A Formula for the Future
Chemistry student excels in the classroom as she prepares for teaching career
By Tara Roberts
An enthusiastic high-school teacher inspired University of Idaho senior Brianna Knudtsen’s love of chemistry – and now she’s heading back to her old classroom to encourage the next generation of scientists.
After walking at U-Idaho’s commencement ceremony May 11, Knudtsen will return to her hometown of Coeur d’Alene, where she will complete her teaching internship in the fall at Coeur d’Alene High School. Her favorite teacher, Erik Karns, will serve as her mentor.
Knudtsen hopes to follow in Karns’ footsteps in the classroom.
“He was enthusiastic about everything. He made it interesting,” she says. “He would blow up gas bubbles in the room, make a trash can explode. Science was just exciting, for once.”
Knudtsen – who recently earned the College of Science Dean’s Award and the chemistry department’s Excellence in Chemistry Award – is a double major in chemistry and secondary education. She says she’s appreciated the chance to dig into chemistry and see what’s “behind the scenes” on a molecular level.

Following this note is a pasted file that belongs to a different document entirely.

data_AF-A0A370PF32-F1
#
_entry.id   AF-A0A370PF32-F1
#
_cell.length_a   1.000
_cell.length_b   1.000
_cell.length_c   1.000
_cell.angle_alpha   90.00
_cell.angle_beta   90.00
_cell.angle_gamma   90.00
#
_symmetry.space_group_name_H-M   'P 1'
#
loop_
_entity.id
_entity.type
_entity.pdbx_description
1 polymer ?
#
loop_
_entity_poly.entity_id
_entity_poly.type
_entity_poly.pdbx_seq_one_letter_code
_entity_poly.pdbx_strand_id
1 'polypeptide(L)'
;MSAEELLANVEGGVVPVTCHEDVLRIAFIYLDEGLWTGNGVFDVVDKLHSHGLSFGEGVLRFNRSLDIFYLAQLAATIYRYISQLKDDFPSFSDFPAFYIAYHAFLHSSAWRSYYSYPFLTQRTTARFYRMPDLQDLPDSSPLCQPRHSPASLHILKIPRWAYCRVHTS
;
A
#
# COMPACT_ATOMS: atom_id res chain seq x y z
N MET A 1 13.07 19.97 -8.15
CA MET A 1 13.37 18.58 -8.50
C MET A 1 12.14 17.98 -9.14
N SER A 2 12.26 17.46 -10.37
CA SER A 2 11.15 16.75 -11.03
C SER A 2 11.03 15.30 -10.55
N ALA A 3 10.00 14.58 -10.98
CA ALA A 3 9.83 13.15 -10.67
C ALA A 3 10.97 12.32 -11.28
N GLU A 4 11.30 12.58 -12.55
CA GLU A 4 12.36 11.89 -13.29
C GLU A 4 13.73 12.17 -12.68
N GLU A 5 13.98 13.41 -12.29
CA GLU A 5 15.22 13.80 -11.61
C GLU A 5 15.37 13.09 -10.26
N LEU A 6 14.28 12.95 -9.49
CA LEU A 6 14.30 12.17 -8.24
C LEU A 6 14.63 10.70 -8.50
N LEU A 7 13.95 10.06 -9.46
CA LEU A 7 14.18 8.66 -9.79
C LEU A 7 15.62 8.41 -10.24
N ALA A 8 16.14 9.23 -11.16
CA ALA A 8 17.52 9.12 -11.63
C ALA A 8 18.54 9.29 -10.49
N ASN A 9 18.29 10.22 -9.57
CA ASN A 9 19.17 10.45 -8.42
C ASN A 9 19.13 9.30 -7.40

She particularly enjoys physical chemistry, which examines how the laws of physics apply to chemistry, and analytical chemistry, which involves parsing out the individual chemical components of a material.
“It’s been cool to understand the details behind everything you observe,” she says.
Knudtsen studied for two years at North Idaho College before transferring to U-Idaho. While at NIC, she spent a summer interning at a winery through Idaho’s IDeA Network of Biomedical Research Excellence (INBRE) program. There, she honed her chemistry skills testing the sulfur dioxide levels, alcohol content and acidity levels in batches of wine.
While she considered studying oenology, the science of wine, for a while, she’s now ready to share her chemistry skills with high-school students – though she admits she’s a bit nervous about going into the classroom.
“I don’t know what that’s going to be like yet,” she says. “Nothing can prepare you besides just going and doing it.”
She will meet with her mentor teacher over the summer and begin planning lessons. Her ultimate goal, she says, is to bring her students to an understanding of how the chemistry lab is relevant in the outside world.
“I want to convey knowledge effectively, and also inspire interest in chemistry,” she says.
Knudtsen has prepared for teaching by working as a teaching assistant in a Chemistry 111 lab this past semester. Because many of her students are freshmen, she’s had the chance to help them become familiar with the equipment and procedures in the lab.
“I just enjoy interacting with people,” she says. “I think teaching is a great opportunity for that.”